As chairman of the Senate Rules Committee, Thrasher wields plenty of power in the state Capitol. But within a year, control of the Senate will shift to Sen. Andy Gardiner, R-Orlando, who last year survived an attempted coup by Thrasher to keep his grip on the presidency. It would surprise nobody if Gardiner has someone other than Thrasher in mind for the agenda-setting Rules chairmanship.

Scott's chief of staff, Adam Hollingsworth, told The Buzz Friday that it would be "not true" to report that Thrasher's selection is imminent. Scott's office said nothing has changed as of Monday. The governor's office dismissed the notion that Scott may want to announce his choice by Friday, just before leaving for a week-long trade mission to Japan, and in an effort to steal the spotlight from Charlie Crist's candidacy announcement next Monday.

Thrasher has the respect not only of Scott, but especially Hollingsworth, a close friend who's in charge of the search. Thrasher also is a consummate deal-maker and effective fund-raiser who played a pivotal role in orchestrating the ouster of former state GOP chairman Jim Greer, who was Crist's hand-picked choice for party chairman.

But Thrasher, 69, a multimillionaire who lives in St. Augustine, would not help Scott expand his base: he's a safe establishment pick who would appease centrists and help Scott govern, as opposed to enhancing his re-election prospects.

After leaving office, Thrasher made millions as a super-lobbyist with Southern Strategy Group, making him an easy mark as a symbol of all that's wrong with Tallahassee and its revolving door culture.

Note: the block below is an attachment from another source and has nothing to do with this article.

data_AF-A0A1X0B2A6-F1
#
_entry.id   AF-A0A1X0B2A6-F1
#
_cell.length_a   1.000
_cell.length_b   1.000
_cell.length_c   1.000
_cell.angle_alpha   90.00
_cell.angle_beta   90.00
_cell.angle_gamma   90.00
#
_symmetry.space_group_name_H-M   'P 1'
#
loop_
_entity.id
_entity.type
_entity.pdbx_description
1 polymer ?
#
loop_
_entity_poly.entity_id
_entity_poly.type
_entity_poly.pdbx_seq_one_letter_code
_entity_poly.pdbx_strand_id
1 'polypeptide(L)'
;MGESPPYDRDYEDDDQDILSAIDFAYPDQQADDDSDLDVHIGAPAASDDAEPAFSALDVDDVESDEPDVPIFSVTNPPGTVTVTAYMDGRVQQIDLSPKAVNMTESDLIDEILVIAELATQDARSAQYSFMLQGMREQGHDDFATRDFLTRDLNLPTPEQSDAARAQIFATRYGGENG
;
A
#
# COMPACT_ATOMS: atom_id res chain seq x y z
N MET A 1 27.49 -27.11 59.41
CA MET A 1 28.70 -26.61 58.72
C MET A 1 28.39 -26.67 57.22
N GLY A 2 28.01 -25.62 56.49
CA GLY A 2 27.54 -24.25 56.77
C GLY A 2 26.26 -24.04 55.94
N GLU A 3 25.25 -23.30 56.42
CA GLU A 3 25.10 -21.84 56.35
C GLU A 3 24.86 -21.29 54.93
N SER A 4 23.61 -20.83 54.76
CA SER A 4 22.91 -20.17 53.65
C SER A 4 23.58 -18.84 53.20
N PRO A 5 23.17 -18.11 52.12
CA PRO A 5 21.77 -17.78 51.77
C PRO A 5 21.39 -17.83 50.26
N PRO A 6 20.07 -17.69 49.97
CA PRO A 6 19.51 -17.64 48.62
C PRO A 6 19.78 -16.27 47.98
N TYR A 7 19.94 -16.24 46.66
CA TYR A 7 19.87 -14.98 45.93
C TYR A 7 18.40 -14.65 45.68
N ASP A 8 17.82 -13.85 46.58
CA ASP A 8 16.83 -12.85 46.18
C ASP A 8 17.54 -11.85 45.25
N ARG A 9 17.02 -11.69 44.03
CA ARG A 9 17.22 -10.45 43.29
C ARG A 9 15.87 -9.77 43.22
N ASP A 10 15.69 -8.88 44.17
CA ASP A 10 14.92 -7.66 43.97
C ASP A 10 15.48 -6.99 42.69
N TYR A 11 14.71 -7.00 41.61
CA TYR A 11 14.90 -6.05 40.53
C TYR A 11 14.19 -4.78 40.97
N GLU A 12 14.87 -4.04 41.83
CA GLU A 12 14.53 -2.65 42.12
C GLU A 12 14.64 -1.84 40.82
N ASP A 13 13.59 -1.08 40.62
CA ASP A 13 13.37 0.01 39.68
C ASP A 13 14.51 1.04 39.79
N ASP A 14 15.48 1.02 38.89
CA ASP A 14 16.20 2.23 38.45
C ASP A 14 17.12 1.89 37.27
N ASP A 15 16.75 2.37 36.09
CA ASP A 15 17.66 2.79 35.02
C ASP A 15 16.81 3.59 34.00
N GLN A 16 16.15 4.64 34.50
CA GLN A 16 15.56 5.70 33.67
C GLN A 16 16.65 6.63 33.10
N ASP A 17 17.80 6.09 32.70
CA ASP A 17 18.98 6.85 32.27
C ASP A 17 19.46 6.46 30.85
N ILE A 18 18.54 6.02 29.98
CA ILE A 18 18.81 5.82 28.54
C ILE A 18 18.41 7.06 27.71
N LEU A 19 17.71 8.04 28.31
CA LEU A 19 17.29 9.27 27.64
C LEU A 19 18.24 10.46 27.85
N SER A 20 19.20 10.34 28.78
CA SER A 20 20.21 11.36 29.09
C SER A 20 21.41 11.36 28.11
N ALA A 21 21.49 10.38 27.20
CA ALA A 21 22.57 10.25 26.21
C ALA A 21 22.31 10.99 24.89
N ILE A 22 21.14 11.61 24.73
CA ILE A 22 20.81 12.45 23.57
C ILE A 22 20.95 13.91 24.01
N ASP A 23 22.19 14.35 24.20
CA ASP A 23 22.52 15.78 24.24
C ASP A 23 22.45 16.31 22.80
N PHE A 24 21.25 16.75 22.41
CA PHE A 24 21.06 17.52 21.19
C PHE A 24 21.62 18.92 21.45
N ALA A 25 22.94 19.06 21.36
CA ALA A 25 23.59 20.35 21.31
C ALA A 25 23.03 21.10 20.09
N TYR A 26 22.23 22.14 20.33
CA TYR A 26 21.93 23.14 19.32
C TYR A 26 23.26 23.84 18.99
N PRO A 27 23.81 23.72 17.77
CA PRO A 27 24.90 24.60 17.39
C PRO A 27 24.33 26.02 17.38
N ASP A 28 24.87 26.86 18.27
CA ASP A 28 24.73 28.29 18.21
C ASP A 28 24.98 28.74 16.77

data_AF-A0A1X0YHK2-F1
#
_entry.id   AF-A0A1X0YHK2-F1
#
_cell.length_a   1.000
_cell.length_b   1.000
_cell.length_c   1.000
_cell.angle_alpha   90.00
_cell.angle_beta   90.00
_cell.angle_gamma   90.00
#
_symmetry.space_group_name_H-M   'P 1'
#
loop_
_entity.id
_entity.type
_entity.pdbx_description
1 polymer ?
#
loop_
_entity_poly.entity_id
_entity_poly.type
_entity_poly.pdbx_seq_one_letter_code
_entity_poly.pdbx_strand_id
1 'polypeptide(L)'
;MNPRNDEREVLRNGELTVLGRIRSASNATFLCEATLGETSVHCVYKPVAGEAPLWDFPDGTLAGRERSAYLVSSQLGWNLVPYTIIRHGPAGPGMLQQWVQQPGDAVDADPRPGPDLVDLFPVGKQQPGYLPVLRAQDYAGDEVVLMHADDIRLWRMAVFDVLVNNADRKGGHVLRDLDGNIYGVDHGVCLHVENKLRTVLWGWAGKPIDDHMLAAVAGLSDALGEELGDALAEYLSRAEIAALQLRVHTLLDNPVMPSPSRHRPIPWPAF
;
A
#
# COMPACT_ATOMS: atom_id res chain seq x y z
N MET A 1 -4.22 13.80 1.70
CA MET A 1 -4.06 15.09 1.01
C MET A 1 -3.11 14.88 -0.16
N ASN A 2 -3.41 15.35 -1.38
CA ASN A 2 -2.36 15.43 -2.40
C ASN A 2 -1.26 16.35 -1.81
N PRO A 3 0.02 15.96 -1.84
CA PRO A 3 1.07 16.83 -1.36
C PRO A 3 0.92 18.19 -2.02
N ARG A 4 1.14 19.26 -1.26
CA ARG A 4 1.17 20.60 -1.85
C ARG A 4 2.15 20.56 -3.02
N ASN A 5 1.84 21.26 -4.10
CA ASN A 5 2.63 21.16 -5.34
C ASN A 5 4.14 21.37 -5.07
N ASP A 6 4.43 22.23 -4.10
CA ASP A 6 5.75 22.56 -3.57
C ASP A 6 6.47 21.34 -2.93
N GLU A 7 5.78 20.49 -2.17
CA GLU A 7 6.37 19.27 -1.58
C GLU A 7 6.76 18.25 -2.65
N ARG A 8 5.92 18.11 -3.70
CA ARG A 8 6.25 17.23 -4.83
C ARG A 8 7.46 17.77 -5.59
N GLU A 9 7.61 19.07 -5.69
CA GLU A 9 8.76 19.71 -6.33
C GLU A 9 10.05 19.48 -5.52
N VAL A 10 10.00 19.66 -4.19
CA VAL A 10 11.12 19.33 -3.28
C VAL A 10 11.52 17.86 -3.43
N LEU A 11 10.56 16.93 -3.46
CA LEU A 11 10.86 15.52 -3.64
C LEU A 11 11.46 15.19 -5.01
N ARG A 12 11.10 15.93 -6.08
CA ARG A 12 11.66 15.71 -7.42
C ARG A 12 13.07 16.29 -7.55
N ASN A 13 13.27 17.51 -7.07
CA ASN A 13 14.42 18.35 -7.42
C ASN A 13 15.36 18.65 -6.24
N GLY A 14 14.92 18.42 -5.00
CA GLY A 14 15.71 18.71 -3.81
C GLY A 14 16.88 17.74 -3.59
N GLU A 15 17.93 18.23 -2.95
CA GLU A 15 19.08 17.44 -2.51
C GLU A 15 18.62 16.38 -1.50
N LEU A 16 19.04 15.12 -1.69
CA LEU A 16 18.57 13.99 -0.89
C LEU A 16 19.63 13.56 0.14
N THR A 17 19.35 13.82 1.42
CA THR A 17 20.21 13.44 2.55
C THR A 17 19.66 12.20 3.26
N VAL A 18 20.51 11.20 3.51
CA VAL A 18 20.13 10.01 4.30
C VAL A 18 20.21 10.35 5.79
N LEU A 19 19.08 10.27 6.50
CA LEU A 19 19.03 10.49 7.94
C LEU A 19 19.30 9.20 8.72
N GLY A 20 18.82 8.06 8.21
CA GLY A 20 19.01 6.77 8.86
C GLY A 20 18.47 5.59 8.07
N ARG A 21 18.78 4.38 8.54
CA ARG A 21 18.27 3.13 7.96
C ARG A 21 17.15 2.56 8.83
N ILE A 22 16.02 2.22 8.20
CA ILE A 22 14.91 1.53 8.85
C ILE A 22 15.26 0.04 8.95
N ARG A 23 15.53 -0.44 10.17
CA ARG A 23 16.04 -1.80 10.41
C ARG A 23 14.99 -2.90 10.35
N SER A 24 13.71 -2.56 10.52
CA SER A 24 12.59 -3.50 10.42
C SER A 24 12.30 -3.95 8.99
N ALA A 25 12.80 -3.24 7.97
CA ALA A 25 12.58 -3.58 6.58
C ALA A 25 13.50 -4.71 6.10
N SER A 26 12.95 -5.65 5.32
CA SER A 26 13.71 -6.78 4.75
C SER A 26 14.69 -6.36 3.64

Thrasher's past controversies also will be gleefully recycled by Scott's critics, too. He was twice punished for ethics violations and oversaw a $6 million refurbishing of the House chamber when he was speaker (1998-2000), but that's ancient news.

If he's about to be picked as Scott's running mate, Thrasher said, it's news to him. "I think the Florida Senate is really a fun place to be," he said. "That's where I am now, and that's where I think I'm going to be happy staying."

Now, the plot thickens: Thrasher's departure from the Senate would open his seat and demand a special election, so it could alter the balance of power for control of the chamber in the 2016-18 term, when Republicans Jack Latvala and Joe Negron are both seeking the presidency. (Thrasher is aligned with Negron). 

Scott has to choose someone sooner or later. He's being advised by Republican allies to choose an L.G. soon or wait until next May, after the 2014 legislative session ends, by which time the campaign will be heating up.

-- Steve Bousquet

Marco Rubio now favors piecemeal rather than comprehensive approach to immigration reform

@learyreports

Sen. Marco Rubio, who helped write the Senate’s comprehensive immigration reform bill, has shifted back to his original position that piecemeal legislation is the way forward.

“We’ve been lectured for the better part of a month now how we need to be realistic, that Barack Obama was not going to repeal Obamacare,” Rubio said in an interview with the Tampa Bay Times. “Likewise, I think supporters of immigration reform need to be realistic. The House is just not going to jump on board whatever the Senate passes.”

That’s been evident for months. But in recent interviews Rubio has sounded more distant from the Senate legislation. On CNN on Friday, a casual viewer could have assumed he had nothing to do with it – the Florida Republican referring to what the “whatever the Democrats in the Senate are demanding.”

Rubio even opposes using the Senate bill as a negotiating point in a conference if the House can manage to pass a limited bill.

More here.